Your benefit amount is based on your highest 35 earning years of work. If you worked for more than 35 years, the Social Security Administration (SSA) uses the top 35 years of your earnings. If you worked fewer than 35 years, the SSA enters $0 for any year without earnings, which will automatically lower your monthly benefit amount.
How To Calculate My Social Security Payment
The SSA calculates your benefit based on your earnings history. First, your 35 highest earning years are indexed for inflation, then added together and averaged. Next, that yearly average is divided by 12 to determine your monthly average. Finally, the SSA applies a formula to that monthly average to derive your Primary Insurance Amount (PIA), which is the amount of the monthly benefit you will receive at your full retirement age.
If you’d like to see an estimate of your PIA, then you can use the Social Security Quick Calculator. Note that the result is not a guarantee, nor is it your actual benefit. Instead, it is an approximation you can use when planning your retirement.
The table below shows the 2023 average and maximum monthly Social Security benefit depending on how old you are and when you file.
|Average Social Security Benefit||$1,827|
|Maximum at 62 Years Old||$2,572|
|Maximum At Full Retirement Age||$3,627|
|Maximum at 70 Years Old||$4,555|
When To Apply For Social Security
If you apply for Social Security at 62, you’ll get a smaller payment for longer. If you wait and apply at 70, you’ll receive a larger payment for a shorter time. But deciding when to receive benefits isn’t a one-size-fits-all decision. The best time to apply will depend on your individual situation.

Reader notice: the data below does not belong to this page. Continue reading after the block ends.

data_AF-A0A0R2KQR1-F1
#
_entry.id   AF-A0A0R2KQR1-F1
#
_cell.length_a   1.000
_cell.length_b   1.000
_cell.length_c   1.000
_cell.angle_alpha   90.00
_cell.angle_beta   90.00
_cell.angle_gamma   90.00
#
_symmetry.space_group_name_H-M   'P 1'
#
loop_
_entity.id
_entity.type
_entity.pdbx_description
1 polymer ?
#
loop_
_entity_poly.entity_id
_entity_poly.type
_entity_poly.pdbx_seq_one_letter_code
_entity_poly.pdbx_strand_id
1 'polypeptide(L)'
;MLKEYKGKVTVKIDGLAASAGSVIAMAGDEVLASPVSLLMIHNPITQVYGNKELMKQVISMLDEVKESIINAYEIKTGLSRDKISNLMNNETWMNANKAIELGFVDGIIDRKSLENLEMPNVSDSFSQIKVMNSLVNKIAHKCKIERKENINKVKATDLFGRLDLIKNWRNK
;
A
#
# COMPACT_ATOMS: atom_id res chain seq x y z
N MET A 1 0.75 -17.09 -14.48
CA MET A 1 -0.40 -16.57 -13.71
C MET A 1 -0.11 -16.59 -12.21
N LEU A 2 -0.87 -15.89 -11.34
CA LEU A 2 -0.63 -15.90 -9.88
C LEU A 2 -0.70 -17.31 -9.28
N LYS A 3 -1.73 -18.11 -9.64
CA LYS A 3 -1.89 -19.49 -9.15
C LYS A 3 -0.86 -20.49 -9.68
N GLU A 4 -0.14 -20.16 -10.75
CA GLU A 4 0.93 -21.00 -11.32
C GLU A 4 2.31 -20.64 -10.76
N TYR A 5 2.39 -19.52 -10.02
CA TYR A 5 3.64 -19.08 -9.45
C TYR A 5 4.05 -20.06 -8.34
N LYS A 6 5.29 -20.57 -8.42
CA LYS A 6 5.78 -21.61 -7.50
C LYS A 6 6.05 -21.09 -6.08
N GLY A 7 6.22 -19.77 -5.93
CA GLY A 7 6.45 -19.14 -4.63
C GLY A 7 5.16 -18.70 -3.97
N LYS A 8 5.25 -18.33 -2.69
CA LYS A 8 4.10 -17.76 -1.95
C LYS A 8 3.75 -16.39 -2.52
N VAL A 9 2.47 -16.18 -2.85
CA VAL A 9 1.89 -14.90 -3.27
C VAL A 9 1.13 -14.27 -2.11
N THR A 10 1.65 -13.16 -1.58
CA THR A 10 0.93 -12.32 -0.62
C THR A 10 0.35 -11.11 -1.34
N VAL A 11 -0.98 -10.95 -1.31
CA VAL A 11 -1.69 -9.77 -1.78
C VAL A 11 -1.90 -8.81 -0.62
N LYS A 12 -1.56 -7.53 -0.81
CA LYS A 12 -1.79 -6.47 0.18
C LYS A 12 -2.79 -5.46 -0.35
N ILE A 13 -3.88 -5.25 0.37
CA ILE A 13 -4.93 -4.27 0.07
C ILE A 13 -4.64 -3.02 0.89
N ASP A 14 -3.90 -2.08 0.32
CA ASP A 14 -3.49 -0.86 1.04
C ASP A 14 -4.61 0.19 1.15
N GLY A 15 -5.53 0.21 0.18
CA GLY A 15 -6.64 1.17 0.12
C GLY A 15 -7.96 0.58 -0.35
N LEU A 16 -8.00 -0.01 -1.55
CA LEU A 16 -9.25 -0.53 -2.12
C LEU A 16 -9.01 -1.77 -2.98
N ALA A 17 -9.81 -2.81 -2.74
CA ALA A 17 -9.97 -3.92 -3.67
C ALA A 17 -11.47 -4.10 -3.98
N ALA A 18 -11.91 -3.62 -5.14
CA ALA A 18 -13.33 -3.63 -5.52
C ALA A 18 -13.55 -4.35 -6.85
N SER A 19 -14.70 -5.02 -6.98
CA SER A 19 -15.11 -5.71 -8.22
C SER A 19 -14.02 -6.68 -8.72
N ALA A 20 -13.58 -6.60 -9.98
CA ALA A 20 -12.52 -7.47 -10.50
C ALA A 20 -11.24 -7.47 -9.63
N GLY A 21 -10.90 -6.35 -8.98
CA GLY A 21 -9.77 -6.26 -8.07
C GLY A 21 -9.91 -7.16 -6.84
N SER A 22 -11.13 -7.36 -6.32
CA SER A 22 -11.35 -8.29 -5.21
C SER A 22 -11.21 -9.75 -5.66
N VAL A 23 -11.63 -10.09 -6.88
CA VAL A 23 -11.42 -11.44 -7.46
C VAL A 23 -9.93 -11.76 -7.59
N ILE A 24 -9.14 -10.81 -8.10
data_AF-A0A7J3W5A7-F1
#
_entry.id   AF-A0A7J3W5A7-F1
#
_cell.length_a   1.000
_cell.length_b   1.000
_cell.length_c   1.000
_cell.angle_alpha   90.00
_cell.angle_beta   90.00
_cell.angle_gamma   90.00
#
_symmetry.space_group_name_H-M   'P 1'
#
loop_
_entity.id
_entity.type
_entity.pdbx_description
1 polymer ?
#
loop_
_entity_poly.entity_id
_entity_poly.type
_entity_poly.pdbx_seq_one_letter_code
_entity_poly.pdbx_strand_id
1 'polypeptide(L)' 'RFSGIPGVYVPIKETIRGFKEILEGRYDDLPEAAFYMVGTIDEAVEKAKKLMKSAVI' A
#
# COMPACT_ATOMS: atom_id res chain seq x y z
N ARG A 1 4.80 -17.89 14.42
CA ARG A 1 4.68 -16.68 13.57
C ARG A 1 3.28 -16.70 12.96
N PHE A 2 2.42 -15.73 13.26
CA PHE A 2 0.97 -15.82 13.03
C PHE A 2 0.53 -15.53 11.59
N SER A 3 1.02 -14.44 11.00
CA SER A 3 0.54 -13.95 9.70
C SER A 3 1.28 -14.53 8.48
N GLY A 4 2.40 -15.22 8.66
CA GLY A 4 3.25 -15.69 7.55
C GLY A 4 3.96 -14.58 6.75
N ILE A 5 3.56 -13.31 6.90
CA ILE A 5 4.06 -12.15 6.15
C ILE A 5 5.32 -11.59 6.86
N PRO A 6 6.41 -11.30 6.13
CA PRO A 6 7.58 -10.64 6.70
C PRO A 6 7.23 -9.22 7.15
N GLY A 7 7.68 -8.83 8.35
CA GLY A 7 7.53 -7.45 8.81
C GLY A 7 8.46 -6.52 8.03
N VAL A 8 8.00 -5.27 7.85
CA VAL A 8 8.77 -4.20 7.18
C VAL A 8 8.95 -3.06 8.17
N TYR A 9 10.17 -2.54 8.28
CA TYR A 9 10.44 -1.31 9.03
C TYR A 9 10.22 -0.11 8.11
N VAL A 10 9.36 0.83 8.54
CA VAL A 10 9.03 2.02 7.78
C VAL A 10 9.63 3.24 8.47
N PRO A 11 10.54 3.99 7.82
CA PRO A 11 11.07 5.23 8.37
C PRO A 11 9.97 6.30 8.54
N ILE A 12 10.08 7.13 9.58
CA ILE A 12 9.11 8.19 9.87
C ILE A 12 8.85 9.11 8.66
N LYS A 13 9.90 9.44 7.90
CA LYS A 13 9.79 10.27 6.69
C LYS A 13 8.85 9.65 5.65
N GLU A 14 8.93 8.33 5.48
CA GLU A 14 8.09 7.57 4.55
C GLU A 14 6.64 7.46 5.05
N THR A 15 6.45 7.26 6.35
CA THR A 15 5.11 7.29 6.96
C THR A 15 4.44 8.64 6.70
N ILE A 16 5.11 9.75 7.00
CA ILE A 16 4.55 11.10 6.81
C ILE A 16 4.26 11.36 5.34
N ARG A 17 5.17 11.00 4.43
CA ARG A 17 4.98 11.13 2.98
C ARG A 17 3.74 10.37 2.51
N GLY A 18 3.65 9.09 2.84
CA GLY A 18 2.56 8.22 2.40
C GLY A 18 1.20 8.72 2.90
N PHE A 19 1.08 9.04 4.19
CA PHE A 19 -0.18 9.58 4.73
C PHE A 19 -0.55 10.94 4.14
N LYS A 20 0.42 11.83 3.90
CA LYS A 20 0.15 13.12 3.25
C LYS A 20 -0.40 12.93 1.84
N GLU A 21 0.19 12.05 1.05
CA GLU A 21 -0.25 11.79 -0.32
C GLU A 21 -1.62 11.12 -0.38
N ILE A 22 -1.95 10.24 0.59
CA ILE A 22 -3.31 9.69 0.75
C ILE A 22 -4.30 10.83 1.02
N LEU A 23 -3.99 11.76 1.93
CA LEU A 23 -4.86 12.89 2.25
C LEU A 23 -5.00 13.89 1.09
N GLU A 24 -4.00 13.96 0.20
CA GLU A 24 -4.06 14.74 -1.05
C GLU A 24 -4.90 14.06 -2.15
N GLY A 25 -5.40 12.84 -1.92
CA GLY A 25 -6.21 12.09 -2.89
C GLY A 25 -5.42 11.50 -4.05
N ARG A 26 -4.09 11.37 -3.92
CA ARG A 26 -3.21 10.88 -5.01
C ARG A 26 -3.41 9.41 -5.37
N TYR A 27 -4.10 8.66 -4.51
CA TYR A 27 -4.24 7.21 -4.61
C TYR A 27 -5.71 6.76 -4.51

For example, if you are in poor health, cannot continue to work or require Social Security to make ends meet, your best course might be to apply for Social Security as soon as possible. On the other hand, if you have the means to wait, applying at 70 to maximize your benefits might be a better option.
- If your general health is good, you may want to wait.
- Life Expectancy
- You can’t know your longevity for sure, but family history is a good indicator.
- Marital Status
- If one partner is still working, then marital status may affect your decision.
- Women tend to live longer than men, so it might be beneficial for women wait.
The specifics of your situation will determine the best age and/or time for you to apply for Social Security. If you have questions, don’t hesitate to talk to a trusted financial advisor or check with your local Social Security field office.
5 Cited Research Articles
- AARP. (2022, December 23). What Is the Maximum Social Security Benefit? Retrieved from https://www.aarp.org/retirement/social-security/questions-answers/maximum-ss-benefit/
- AARP. (2022, December 23). What Is My Social Security Full Retirement Age? Retrieved from https://www.aarp.org/retirement/social-security/questions-answers/social-security-full-retirement-age/
- SSA. (n.d.). Looking for a Local Office? Retrieved from https://www.ssa.gov/locator/
- SSA. (n.d.). Social Security Quick Calculator. Retrieved from https://www.ssa.gov/OACT/quickcalc/index.html
- SSA. (n.d.) Your Retirement Benefit: How It’s Figured. Retrieved from https://www.ssa.gov/pubs/EN-05-10070.pdf